A familiar sound filters through the trees at Richmond Hill Park, as common as the barking of the pileated woodpeckers that share these woods. It sounds like this: “Ching!”
Occasionally, it’s followed by another, more exultant call: “Woo-hoo!”
These are the peculiar noises of disc golf.
For some, this activity is a casual walk in the woods. But with the Mountain Sports Festival Disc Golf Tournament cranking up, things are about to get serious.
Never having been to a tournament before, I called up Eric Marx — a former runner-up for the disc-golf world championship who happens to live in Asheville. I asked if he would meet me for a quick round of golf.
Marx, who moved here several years ago, placed second in last year’s Mountain Sports Festival Disc Golf Tournament, and also holds the current Richmond Hill course record. I, on the other hand, am strictly a recreational disc golfer. I often play alone, and when I do join friends for a round of golf, I’m not usually the star of the group.
Still, this was the first time I’d ever driven to Richmond Hill feeling certain that I was about to get spanked.
At 47, Marx has been with the sport since the beginning. In the mid-’70s, he was winning the distance-and-accuracy tournaments that preceded the emergence of disc golf. He can talk you through the history — the evolution of the disc from a basic Frisbee design to the current compact, beveled-edge, weighted device.
But for those who’re still outside the loop, disc golf is pretty much what you might guess: a round of golf played with a flying disc (instead of a ball) that’s directed toward a basket (instead of a cup). These days, the sport is popping up all over the country; Asheville and environs now boasts three public courses and at least a couple of privately owned courses (with more in the works).
Now in its third year, the Mountain Sports Festival Disc Golf Tournament is growing in stature. A pro-level purse of at least $1,200 (the exact amount depends on registration numbers, and won’t be finalized until the day of the tournament) ensures a B-tier sanction from the Professional Disc Golf Association, two steps below the nation’s highest-ranking tournies.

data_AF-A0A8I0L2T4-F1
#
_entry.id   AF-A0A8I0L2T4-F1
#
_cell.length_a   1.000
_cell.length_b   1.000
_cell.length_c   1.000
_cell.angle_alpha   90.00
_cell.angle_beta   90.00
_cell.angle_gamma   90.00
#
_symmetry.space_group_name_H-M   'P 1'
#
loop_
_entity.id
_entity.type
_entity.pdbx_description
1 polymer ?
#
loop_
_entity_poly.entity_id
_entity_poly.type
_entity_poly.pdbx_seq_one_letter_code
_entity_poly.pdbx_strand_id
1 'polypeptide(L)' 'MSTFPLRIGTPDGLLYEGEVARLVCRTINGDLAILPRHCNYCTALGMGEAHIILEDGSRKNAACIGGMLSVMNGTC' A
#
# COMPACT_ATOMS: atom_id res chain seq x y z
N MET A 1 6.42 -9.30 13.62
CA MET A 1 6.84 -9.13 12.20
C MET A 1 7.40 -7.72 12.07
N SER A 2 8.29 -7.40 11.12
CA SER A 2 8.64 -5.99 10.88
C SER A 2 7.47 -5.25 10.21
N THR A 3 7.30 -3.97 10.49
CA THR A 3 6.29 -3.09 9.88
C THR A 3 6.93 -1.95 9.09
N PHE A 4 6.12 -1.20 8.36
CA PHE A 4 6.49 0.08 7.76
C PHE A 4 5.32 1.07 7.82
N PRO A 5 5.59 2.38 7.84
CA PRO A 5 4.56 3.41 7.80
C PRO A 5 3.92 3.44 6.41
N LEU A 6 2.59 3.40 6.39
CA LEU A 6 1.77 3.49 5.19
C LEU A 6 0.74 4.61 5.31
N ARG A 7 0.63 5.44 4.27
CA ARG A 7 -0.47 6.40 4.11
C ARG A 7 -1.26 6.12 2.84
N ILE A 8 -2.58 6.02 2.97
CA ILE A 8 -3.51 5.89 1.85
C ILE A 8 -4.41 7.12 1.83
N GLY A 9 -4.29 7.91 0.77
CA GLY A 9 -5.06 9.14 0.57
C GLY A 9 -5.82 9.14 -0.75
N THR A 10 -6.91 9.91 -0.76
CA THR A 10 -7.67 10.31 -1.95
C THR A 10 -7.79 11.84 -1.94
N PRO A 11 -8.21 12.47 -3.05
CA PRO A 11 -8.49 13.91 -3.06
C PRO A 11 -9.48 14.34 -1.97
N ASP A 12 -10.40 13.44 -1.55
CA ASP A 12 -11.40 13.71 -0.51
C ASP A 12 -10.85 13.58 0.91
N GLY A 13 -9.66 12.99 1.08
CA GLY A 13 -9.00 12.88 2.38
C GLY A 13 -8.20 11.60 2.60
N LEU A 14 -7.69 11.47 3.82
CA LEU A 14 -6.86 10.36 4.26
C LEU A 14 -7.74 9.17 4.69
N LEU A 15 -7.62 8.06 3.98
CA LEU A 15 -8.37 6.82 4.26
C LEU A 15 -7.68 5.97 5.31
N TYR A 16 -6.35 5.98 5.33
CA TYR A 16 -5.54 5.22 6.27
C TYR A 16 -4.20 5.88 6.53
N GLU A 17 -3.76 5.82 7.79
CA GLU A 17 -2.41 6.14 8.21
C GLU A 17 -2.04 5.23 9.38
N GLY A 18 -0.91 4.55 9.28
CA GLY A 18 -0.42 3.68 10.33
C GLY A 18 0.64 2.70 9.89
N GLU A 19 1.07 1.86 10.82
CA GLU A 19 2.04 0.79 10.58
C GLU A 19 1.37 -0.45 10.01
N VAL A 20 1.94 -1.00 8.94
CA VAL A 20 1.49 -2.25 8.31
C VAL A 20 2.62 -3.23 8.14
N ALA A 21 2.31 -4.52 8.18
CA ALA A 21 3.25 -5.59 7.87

More attention means more talent, and Nichols says pro players from South Carolina, Florida and Tennessee have begun registering.
“Disc golf is only 4 years old in this town,” notes WNC Disc Golf Club founder/tournament organizer James Nichols, adding, “We have more recreational players than pro players.” Still, he expects about 40 percent of the pros to be local. Nichols calls Marx one of “our local hopefuls.”
It’s 10 a.m. on a Saturday when Marx and I meet; there’s only one other car in the parking lot. It’s still early in the day for disc-golf players, many of whom also share another hobby: drinking micro-brewed beer.
To the casual eye, watching a world-class competitor play isn’t all that different than watching a good player. This isn’t acrobatics; during play, the differences aren’t dramatic. But they add up, little by little, until eventually the score card reveals who the all-stars are.
Marx is not a hot dog, and an unforgiving course like Richmond Hill is no place for showing off. Like many great players, his strategy is simple: Don’t make mistakes.
Notwithstanding the trees at Richmond Hill, the key to disc golf is putting, often open shots from within 15 to 20 feet of the basket.
“Putting is the game, right there,” says Nichols. “Driving is just ‘Don’t get in trouble.'”
In other words, don’t hit a tree, land in a creek, get lost in the underbrush or any number of other hazards that are all too familiar to a recreational player like me.
As we play, Marx fills me in on the rules (handed down by the Professional Disc Golf Association) that separate tournament golf from recreational play: You must land on a specific mark (and not in front of it or behind it) when throwing approach shots; you can’t stumble forward on putts (even after the shot); you have 30 seconds to figure out your shot and throw the disc.
“I have to throw from there?” I ask when I find my disc jammed in an improbable mess of deadfall and covered by a short canopy of branches and vines. Marx informs me that I can move my disc a few feet out, but it will cost me a stroke.